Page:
Dieting: proxy or cause of future weight gain?Obes Rev. 2015 Feb; 16 Suppl 1:19-24.OR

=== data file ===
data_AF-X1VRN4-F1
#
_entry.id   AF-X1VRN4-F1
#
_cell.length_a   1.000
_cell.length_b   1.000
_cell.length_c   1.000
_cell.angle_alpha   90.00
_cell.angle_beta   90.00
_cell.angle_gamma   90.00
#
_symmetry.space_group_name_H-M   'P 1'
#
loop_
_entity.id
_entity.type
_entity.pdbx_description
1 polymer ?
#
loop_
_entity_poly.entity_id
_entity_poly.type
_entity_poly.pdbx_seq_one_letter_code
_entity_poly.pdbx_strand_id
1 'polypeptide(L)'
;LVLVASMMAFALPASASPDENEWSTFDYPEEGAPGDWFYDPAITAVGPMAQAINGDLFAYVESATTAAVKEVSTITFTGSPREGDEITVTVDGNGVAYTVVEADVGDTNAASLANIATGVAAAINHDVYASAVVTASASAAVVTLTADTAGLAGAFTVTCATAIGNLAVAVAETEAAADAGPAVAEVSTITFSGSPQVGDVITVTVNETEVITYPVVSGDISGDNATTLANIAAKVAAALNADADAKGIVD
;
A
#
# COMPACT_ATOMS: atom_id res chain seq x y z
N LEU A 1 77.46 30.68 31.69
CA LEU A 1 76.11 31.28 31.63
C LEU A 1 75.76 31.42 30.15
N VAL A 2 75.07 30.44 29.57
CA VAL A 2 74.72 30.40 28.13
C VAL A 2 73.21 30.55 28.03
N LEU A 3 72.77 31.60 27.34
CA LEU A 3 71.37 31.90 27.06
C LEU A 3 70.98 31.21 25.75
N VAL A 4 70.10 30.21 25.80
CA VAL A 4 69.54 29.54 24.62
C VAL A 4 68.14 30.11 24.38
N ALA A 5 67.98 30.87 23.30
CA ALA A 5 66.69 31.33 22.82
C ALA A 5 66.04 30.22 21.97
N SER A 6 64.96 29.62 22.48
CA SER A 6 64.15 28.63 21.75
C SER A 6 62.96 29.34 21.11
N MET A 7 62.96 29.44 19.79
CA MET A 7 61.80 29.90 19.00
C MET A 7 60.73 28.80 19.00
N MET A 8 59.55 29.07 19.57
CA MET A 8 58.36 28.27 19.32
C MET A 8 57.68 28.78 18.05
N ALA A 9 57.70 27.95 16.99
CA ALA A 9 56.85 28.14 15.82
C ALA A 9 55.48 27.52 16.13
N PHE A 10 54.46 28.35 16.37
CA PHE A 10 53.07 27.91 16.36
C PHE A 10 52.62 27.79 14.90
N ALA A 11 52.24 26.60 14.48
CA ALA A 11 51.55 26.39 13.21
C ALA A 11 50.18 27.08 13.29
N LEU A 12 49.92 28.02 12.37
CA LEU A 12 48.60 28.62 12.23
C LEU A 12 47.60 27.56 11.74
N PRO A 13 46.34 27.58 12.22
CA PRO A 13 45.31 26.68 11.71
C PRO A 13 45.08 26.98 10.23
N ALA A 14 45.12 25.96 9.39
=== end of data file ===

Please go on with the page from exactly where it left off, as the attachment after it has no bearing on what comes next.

The relationship between dieting and body mass has a long and controversial history. This paper aims to help resolve this issue by making two key distinctions. The first is between dieting as a cause of weight gain/regain and as a proxy risk factor for identifying non-obese individuals prone to weight gain for reasons other than dieting. The second is between the body mass that is attained following one or more weight loss/regain cycles and the body mass that might have been reached had dieting never been undertaken. Evidence is reviewed on the relation between recent diet-induced weight loss and sustained weight loss (weight suppression), on the one hand, and weight regain, on the other hand. Furthermore, the reason that a history of dieting in non-obese individuals reflects a susceptibility to future weight gain is explained. It is concluded that (i) diet-induced weight loss hastens weight regain but a history of weight loss diets does not cause weight gain beyond that which would occur in the absence of dieting, and (ii) weight loss dieting in non-obese individuals does not cause future weight gain but is simply a proxy risk factor reflecting a personal vulnerability to weight gain and living in an obesogenic environment.